On June 20, 2007, John H. Weis, the Chief Zoning Inspector for the Town, sent a letter to Plaintiff revoking the Certificate for certain unspecified violations (hereinafter the "letter"). (Id. ¶¶ 31-33.) In the letter, Weis stated that the nonconforming use of the Property as a public garage was lost and informed Plaintiff that as owner of the Property he could make an application to the Board of Zoning Appeals to reinstate the nonconforming use. (Id. at ¶¶ 3, 5, 31-33.) Apart from the letter, Defendants gave Plaintiff no notice of the revocation nor did they provide Plaintiff with a hearing in connection with the revocation. (Id.)

Plaintiff commenced an Article 78 proceeding in Supreme Court, Suffolk County on August 1, 2007, seeking an injunction to prevent the Town from canceling the Certificate or a declaration that Plaintiff had a vested right in a pre-existing nonconforming use. (Id. ¶¶ 8, 35; Arntsen Decl., Ex. E.) On August 23, 2007, Plaintiff withdrew its pending Article 78 proceeding, and on October 2, 2007, Plaintiff commenced the instant action under 42 U.S.C. § 1983 ("Section 1983"). (Compl. ¶ 37.)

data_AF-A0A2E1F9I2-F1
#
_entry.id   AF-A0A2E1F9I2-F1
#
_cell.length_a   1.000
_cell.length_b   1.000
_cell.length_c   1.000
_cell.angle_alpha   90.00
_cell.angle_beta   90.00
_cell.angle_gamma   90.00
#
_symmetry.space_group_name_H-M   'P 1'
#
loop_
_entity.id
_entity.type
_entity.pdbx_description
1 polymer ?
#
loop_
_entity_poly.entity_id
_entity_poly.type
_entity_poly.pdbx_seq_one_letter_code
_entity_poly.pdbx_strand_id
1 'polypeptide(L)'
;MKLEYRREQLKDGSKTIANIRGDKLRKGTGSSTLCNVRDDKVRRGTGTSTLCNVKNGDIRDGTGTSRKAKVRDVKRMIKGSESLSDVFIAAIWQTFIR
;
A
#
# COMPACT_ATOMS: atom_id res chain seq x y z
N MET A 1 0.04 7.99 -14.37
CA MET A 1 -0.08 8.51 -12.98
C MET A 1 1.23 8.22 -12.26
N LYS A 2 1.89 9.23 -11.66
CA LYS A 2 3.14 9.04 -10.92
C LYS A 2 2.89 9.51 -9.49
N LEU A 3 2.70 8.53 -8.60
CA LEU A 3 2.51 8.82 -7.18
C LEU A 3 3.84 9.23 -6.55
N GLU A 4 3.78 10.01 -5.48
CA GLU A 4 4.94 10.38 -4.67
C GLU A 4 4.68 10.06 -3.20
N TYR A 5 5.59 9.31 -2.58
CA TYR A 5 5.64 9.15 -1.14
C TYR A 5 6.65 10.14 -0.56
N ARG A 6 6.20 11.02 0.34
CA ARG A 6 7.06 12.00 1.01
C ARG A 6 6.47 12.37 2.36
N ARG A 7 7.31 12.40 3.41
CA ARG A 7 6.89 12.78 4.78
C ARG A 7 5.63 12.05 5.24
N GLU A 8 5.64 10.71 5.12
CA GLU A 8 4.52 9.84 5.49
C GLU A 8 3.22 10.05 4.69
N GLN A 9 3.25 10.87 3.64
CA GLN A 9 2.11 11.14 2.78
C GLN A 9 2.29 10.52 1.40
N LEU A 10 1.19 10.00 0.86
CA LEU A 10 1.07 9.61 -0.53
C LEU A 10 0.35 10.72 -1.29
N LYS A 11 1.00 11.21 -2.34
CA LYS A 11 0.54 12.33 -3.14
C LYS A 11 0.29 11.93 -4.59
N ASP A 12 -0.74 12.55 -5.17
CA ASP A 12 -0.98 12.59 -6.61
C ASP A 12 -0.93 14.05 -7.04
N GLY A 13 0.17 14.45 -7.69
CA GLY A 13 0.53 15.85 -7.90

The Complaint asserts three claims. First, Plaintiff claims that it had a vested property interest in the Certificate issued by the Town, and Defendants violated Plaintiff's due process rights under the Fourteenth Amendment of the United States Constitution when they revoked Plaintiff's right to maintain a legal, nonconforming use of its property without notice and an opportunity to be heard. (Compl. ¶¶ 39-46.) Next, Plaintiff seeks attorney's fees pursuant to 42 U.S.C. § 1988. (Id. ¶¶ 47-50.) Finally, Plaintiff seeks declaratory and injunctive relief affirming that the prior Certificate was still in effect and still afforded Plaintiff the status of a legal, nonconforming public garage and enjoining Defendants from taking any action against Plaintiff based upon the use of the premises. (Id. ¶¶ 51-58.)